By Beth Bracale, American Red Cross Volunteer
September 16, 2019- Last year, our friends watched their barn burn to the ground in the middle of the night. They were unable to save their animals, the horror of which they are unable to forget. This summer, another friend went to get gas for his mower and came home to find it floating down the road, along with his shed. Eric Alves, regional communications specialist for the American Red Cross of Northeast Ohio, reports that this past July, flash flooding in Apple Creek, Ohio, caused residents to have to shelter overnight at Grace Church. That same weekend, a road washed out in Kinsman. Residents who were trapped in their homes had to be rescued by boat.
We have no idea when disaster will strike or how quickly we’ll need to respond. We’ve all been alerted numerous times to have a plan in case our families need to escape and to have supplies ready to grab on the way out the door. Many residents in Northeast Ohio live near the Perry nuclear power plant, where evacuation plans are printed in the local telephone books. People often say they’ll worry about it when the time comes. But in the panicked moment when you have to act, will you be thinking clearly enough to protect your family and get them to safety?
Part of preparing your family for an emergency includes preparing as a community. Who in your neighborhood would need help in an emergency? An older couple, perhaps? A single mom or a neighbor confined to a wheelchair? What about your animals – is there a safe place in the area to take them if you have to leave your home? What resources are nearby in case there is no power, no water and/or limited lines of communication?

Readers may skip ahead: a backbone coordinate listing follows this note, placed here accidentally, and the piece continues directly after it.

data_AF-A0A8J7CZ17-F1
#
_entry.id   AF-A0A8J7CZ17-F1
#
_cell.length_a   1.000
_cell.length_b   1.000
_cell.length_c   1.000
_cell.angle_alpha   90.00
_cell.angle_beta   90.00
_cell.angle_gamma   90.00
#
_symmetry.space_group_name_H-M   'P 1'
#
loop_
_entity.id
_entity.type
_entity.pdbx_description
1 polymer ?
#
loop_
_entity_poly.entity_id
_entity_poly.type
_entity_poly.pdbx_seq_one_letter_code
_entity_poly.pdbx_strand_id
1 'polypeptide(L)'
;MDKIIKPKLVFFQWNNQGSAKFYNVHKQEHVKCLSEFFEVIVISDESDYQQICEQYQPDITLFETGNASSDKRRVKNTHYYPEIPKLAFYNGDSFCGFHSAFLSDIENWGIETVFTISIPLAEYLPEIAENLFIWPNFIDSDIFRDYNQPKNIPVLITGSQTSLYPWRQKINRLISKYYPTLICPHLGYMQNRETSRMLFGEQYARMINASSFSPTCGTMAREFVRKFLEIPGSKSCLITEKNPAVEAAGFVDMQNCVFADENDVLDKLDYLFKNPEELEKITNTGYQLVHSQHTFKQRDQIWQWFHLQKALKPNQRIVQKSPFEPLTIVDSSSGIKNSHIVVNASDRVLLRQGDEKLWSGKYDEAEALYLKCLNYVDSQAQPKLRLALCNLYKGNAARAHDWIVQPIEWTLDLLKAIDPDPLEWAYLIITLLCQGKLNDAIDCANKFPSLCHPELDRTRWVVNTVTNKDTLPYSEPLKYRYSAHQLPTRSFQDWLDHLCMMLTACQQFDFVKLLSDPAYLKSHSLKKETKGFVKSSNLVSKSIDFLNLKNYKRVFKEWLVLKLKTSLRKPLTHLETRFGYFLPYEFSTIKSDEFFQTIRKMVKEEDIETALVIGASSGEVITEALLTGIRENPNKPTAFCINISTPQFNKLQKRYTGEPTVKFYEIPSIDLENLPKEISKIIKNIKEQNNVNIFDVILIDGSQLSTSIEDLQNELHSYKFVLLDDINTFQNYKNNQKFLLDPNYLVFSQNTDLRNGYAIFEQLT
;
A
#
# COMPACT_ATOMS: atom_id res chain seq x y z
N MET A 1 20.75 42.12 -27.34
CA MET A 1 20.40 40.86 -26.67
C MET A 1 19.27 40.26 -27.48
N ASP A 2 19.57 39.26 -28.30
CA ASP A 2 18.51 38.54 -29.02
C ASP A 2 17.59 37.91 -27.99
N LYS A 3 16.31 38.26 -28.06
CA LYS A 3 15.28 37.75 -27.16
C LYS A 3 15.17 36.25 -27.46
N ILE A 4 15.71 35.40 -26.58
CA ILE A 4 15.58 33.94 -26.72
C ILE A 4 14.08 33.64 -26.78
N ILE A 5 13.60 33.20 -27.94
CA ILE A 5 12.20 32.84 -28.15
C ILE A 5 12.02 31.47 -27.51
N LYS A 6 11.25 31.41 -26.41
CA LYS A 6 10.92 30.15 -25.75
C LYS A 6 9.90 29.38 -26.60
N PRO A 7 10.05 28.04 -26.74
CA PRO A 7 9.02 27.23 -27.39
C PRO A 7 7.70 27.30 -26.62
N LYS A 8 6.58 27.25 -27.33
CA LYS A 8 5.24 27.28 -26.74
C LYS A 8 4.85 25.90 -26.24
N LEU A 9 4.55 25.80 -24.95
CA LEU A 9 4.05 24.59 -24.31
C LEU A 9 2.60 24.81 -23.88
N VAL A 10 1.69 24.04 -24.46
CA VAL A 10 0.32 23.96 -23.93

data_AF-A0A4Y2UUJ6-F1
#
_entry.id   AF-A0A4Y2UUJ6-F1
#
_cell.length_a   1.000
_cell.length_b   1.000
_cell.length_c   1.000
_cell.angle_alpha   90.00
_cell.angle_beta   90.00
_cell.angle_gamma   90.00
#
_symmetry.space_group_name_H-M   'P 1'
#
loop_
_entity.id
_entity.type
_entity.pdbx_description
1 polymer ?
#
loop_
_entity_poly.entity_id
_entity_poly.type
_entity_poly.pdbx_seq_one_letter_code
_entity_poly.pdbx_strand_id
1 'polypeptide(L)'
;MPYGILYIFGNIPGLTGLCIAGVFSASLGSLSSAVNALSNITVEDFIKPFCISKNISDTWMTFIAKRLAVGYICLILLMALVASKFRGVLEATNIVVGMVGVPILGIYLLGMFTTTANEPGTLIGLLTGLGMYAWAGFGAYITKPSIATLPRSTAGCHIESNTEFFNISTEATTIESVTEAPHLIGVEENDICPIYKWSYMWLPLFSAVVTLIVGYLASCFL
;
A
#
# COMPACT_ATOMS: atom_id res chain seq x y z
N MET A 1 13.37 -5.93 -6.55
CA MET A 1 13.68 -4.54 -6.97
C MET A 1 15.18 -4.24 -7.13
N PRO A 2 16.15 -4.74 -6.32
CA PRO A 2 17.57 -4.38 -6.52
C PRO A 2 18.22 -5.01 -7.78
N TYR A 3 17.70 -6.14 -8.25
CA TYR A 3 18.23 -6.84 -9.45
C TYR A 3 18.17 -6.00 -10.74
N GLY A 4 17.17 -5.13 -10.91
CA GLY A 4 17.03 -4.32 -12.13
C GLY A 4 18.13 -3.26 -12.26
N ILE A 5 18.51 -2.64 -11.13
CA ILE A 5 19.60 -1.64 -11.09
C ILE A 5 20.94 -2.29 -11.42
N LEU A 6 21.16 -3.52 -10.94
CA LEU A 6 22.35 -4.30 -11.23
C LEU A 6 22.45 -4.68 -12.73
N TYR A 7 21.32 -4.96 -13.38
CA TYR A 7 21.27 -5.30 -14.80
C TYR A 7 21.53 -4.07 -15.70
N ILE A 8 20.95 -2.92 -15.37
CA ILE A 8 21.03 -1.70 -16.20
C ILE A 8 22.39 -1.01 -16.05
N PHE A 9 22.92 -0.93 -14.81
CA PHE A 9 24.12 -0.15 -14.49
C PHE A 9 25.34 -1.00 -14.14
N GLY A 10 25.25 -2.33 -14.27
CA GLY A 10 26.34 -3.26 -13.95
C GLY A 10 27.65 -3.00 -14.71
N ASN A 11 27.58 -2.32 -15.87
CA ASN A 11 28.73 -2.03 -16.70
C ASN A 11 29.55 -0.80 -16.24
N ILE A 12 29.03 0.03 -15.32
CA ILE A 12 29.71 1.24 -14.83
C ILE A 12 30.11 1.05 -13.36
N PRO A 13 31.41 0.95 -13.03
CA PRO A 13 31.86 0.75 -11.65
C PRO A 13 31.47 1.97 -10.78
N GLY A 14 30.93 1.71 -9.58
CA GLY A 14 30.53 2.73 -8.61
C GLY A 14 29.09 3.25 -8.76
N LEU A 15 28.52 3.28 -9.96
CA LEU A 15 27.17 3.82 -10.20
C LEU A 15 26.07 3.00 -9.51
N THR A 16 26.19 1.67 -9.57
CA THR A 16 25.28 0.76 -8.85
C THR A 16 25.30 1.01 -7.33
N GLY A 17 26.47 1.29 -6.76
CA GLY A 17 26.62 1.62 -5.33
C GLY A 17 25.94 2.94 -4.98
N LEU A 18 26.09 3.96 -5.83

In the farming community where I live, families talk together about how they might support each other during a disaster. When the rising waters of Lake Erie threatened to shut down the public water system, we knew which farms had natural springs that could be relied on for ourselves and our animals. If an ice storm leaves us in a blackout, Anna and Joe who heat their house with electricity know they can take their small children to Jill and Trevor’s farm a mile down the road and stay warm near the wood stove. We know to call Jim and Matt when a tree comes down, for example. Or that Patti will drop everything to watch our children if we’re rushed to the hospital.
We all need help sometimes, and we are each able to help, even in small ways. Talk to your neighbors about how you might support each other in times of need. Community building can be fun. Have a potluck or a block party and get to know each other!
The Red Cross website provides a wealth of information to help you prepare for emergencies: https://www.redcross.org/get-help/how-to-prepare-for-emergencies/types-of-emergencies.html. Don’t wait until it’s too late!
Edited by Glenda Bogar, American Red Cross Volunteer